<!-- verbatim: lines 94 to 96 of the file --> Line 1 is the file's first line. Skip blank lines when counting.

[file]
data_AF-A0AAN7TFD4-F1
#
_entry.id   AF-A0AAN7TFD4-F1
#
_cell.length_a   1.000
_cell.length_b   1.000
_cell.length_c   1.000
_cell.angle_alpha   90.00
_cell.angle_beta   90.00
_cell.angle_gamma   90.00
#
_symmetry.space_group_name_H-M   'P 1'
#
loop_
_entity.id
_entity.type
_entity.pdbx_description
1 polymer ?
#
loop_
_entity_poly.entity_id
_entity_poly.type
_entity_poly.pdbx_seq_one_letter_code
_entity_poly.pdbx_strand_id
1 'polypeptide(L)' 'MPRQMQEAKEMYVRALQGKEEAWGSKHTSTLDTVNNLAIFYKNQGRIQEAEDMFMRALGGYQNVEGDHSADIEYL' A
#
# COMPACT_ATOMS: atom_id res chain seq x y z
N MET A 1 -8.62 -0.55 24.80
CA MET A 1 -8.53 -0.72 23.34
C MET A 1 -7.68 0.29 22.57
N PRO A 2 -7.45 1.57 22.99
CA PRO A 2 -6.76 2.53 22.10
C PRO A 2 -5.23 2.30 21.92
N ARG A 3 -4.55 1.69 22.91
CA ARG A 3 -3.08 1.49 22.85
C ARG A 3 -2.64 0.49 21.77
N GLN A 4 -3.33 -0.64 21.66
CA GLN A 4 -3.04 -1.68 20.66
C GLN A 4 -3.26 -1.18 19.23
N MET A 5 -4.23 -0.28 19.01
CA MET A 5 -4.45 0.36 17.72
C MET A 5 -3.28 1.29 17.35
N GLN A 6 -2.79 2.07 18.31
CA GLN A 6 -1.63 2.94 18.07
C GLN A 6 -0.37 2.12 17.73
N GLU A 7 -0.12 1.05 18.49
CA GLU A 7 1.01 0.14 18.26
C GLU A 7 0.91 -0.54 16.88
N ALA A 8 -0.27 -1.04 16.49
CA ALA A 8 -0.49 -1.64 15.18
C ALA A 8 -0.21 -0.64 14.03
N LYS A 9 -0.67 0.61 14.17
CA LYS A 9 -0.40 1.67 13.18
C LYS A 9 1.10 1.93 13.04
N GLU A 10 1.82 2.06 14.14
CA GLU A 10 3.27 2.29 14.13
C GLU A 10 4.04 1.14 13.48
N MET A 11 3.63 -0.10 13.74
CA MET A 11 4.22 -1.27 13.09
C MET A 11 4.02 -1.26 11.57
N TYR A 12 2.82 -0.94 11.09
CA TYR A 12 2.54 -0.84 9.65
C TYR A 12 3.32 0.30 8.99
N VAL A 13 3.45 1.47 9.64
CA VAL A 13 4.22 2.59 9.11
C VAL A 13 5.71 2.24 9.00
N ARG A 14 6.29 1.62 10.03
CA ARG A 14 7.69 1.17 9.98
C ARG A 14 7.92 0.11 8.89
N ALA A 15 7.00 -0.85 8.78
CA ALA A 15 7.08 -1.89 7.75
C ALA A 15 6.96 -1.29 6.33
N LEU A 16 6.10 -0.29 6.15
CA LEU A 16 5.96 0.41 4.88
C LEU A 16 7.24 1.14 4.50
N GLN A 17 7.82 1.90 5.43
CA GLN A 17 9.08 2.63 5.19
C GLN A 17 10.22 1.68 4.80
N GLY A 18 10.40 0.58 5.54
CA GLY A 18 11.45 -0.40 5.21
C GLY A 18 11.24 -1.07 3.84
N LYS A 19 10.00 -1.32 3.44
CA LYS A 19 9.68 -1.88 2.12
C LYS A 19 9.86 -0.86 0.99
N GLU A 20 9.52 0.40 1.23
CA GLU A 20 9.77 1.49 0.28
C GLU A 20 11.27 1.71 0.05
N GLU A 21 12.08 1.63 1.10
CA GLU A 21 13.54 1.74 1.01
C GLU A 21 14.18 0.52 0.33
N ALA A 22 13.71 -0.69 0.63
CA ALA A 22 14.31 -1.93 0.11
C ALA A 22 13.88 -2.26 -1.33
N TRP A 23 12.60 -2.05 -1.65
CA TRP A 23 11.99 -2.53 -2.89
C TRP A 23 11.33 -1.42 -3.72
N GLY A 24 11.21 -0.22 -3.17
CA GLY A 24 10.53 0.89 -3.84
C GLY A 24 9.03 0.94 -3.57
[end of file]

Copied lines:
N TRP A 23 12.60 -2.05 -1.65
CA TRP A 23 11.99 -2.53 -2.89
C TRP A 23 11.33 -1.42 -3.72